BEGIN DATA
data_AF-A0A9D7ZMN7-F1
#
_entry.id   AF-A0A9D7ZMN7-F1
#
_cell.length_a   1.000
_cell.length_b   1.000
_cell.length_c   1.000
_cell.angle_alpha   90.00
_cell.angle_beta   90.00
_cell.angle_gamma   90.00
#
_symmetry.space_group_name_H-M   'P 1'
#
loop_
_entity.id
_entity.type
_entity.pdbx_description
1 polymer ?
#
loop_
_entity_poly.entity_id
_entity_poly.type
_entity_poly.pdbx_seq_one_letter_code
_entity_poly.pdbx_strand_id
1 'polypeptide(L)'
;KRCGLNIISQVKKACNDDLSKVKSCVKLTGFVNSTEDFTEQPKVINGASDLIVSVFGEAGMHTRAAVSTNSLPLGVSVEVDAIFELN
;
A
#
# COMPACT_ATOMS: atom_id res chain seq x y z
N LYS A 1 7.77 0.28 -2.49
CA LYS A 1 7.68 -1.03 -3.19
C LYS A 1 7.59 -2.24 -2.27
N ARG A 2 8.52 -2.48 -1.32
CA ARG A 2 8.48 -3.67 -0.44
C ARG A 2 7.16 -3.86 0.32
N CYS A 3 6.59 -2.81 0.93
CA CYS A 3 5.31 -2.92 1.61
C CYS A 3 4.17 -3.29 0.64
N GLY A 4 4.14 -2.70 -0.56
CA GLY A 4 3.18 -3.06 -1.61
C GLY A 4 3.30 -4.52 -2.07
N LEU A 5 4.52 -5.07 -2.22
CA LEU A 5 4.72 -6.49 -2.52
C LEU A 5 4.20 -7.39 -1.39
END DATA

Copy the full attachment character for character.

data_AF-A0A9D7ZMN7-F1
#
_entry.id   AF-A0A9D7ZMN7-F1
#
_cell.length_a   1.000
_cell.length_b   1.000
_cell.length_c   1.000
_cell.angle_alpha   90.00
_cell.angle_beta   90.00
_cell.angle_gamma   90.00
#
_symmetry.space_group_name_H-M   'P 1'
#
loop_
_entity.id
_entity.type
_entity.pdbx_description
1 polymer ?
#
loop_
_entity_poly.entity_id
_entity_poly.type
_entity_poly.pdbx_seq_one_letter_code
_entity_poly.pdbx_strand_id
1 'polypeptide(L)'
;KRCGLNIISQVKKACNDDLSKVKSCVKLTGFVNSTEDFTEQPKVINGASDLIVSVFGEAGMHTRAAVSTNSLPLGVSVEVDAIFELN
;
A
#
# COMPACT_ATOMS: atom_id res chain seq x y z
N LYS A 1 7.77 0.28 -2.49
CA LYS A 1 7.68 -1.03 -3.19
C LYS A 1 7.59 -2.24 -2.27
N ARG A 2 8.52 -2.48 -1.32
CA ARG A 2 8.48 -3.67 -0.44
C ARG A 2 7.16 -3.86 0.32
N CYS A 3 6.59 -2.81 0.93
CA CYS A 3 5.31 -2.92 1.61
C CYS A 3 4.17 -3.29 0.64
N GLY A 4 4.14 -2.70 -0.56
CA GLY A 4 3.18 -3.06 -1.61
C GLY A 4 3.30 -4.52 -2.07
N LEU A 5 4.52 -5.07 -2.22
CA LEU A 5 4.72 -6.49 -2.52
C LEU A 5 4.20 -7.39 -1.39